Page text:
Fertility and Well-Being
At a Glance
The Couple Dimension of Economic Precariousness (Dissertation)
Lydia Veronica Palumbo, Ann Berrington (University of Southampton, United Kingdom), Agnese Vitali (University of Southampton, United Kingdom), Mikko Myrskylä, Sebastian Klüsener (Federal Institute for Population Research, Wiesbaden, Germany), Mathias Lerch
The relationship between the availability of economic resources and demographic outcomes has attracted increased attention in recent years due to rising economic uncertainty affecting individuals. This is partly due to the “Great Recession”, the relatively recent economic crisis that started in 2007. The recession still today has repercussions for the economies of several countries. The period of economic hardship mainly affected young adults by boosting their economic and occupational vulnerability and delaying their steps toward adulthood.
The goal of this project is to analyze through a long-term perspective how economic precariousness among young individuals has affected the types and outcomes of their first unions (cohabitation, marriage, and dissolution) over the last 30 years. The focus is on two countries that have seen increases in economic uncertainty among the youth but differ in their institutions and labor-market structures: Italy and Great Britain. The study aims to develop a new theoretical framework for the analysis of economic precariousness, which is multidimensional and considers both objective and subjective indicators. The current literature generally focuses on selected aspects of economic precariousness and neglects the subjective sphere of the individual, which is after all a fundamental aspect to consider. Since these gaps in research characterize the literature cross-nationally, the multidimensional approach to economic precariousness would be beneficial and applicable to other contexts, too, e.g., countries with a Northern or Continental regime.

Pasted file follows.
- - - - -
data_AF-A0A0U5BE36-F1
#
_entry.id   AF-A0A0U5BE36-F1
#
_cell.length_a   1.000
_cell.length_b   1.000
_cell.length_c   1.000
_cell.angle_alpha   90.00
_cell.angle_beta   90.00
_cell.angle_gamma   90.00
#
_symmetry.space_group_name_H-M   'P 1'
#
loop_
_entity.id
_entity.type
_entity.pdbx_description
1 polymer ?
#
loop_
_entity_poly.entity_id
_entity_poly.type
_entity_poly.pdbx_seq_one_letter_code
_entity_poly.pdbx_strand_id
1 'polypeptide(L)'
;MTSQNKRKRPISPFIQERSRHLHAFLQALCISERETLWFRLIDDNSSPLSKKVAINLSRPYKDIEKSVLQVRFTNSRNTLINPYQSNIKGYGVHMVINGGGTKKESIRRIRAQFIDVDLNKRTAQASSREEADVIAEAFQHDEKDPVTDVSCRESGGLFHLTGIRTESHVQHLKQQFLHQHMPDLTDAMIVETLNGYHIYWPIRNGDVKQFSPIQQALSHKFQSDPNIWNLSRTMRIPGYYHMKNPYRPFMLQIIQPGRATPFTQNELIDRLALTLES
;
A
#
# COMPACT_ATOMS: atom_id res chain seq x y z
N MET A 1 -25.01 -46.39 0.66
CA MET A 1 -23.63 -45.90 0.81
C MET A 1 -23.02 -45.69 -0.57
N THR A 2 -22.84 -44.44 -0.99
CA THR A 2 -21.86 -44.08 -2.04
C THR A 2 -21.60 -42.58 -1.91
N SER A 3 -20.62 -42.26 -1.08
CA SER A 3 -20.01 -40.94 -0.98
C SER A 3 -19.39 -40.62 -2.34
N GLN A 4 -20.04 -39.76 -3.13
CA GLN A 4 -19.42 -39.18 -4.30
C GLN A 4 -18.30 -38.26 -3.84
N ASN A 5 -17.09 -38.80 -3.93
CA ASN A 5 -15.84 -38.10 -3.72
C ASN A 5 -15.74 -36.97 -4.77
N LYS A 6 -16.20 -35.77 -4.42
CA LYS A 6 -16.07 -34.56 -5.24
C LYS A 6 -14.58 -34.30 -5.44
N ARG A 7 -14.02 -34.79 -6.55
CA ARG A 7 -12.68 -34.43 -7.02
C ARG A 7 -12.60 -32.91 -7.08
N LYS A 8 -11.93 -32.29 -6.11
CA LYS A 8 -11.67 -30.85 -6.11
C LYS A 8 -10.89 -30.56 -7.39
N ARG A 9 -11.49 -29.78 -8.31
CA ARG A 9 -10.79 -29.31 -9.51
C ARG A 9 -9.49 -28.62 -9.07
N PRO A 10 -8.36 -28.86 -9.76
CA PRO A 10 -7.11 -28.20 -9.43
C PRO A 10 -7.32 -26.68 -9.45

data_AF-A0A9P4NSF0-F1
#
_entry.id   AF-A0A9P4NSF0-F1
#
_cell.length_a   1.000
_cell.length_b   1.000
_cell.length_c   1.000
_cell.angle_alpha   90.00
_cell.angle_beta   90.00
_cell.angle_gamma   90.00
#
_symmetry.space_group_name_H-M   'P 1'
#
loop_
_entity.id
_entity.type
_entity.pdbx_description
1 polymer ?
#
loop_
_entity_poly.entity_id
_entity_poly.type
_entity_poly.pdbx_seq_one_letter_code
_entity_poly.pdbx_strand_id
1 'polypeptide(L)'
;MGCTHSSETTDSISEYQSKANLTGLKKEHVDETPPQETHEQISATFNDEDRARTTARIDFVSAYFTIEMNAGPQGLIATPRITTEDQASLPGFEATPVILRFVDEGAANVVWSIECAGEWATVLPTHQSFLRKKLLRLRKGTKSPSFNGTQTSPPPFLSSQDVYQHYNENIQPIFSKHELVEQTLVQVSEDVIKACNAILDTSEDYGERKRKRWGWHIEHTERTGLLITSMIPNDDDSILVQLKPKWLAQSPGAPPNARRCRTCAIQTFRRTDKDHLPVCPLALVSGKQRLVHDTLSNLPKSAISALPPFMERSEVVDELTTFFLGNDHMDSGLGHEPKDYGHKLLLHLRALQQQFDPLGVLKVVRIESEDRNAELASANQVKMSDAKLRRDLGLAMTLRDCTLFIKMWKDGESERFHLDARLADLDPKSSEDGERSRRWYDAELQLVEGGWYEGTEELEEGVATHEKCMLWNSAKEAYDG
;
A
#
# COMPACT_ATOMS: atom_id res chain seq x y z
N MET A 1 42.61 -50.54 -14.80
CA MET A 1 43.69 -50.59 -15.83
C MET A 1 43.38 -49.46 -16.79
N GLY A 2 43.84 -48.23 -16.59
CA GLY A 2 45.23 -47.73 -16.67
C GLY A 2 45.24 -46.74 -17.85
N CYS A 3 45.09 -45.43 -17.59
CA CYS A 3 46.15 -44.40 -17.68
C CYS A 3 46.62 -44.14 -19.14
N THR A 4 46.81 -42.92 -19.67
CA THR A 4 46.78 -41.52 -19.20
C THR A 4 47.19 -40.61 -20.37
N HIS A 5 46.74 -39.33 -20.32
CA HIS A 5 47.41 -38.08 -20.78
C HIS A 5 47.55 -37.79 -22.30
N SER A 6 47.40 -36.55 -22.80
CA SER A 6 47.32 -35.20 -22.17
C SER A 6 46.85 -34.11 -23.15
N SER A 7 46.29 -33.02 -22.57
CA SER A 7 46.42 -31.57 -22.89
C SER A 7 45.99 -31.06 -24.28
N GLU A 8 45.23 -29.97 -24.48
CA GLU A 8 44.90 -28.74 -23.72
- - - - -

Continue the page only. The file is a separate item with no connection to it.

This thesis analyzes economic precariousness at both the individual and couple level. The need to consider the couple stems from the evidence that a change in union status is the result of a bargaining and interactive process between two individuals who can be influenced in their decision by the context in which they live and the external relationships they have (among other factors). We also consider sources of heterogeneity that could make individuals or couples vulnerable to economic precariousness; these are e.g., age subgroups, gender, education and historical time. The latter is key to the analyses on Italy as the thesis sheds light on the potential consequences of the "Great Recession" on the country's family behaviors. So far, the evidence on the recession, which has had long-term consequences on the country's economy, has been very limited.
As to the UK, the empirical analysis is based on rich prospective data from the British Household Panel Study and Understanding Society. As to Italy, the project uses data from the Family and Social Subjects Survey collected in 2016, which reports the employment and partnership histories of male and female interviewees. So far, the analyses were based on British data, using discrete-time event history analyses. Results show that Britons in less precarious economic situations enter their first coresidential partnership later than do those with more precarious ones, with no differences by gender or historical period. Moreover, British cohabiting couples in which neither partner is in a precarious economic position are most likely to marry, and the objective economic precarity of men is a stronger barrier to marriage than that of women. Regarding subjective measures, the objective precariousness of men is a concern for females, too, and could facilitate partnership dissolution.
Economics, Employment, Retirement, Fertility Development